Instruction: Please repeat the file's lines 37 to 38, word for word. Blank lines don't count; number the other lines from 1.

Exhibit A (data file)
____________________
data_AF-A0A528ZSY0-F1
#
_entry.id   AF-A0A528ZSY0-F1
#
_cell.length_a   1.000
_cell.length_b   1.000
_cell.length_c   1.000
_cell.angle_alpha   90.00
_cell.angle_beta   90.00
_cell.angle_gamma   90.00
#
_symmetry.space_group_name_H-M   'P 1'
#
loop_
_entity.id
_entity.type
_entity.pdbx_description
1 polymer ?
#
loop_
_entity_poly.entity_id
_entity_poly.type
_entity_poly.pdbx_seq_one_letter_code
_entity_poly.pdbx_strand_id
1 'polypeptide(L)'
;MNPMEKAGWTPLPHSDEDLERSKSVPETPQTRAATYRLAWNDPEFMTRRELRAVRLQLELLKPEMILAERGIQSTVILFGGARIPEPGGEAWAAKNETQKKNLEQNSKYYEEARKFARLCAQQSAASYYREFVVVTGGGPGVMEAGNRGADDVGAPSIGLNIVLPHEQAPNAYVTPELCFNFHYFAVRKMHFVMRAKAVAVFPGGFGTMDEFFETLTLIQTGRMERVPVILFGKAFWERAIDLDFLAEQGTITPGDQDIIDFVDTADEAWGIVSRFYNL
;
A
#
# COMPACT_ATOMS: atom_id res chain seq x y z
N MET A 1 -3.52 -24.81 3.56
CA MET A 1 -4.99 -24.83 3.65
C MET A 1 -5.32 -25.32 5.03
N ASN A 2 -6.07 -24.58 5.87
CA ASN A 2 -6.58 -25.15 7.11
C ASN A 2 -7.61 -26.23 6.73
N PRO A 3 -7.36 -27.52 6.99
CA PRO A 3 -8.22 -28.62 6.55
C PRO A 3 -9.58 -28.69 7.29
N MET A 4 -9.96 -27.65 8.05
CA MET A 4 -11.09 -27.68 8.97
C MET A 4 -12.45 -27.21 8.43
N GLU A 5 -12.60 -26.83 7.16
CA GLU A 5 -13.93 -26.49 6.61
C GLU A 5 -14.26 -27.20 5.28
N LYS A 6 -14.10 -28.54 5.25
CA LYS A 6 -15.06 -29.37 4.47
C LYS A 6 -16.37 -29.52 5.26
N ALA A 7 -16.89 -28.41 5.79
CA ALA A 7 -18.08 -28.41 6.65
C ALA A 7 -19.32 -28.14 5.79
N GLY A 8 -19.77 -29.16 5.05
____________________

N PRO A 3 -7.36 -27.52 6.99
CA PRO A 3 -8.22 -28.62 6.55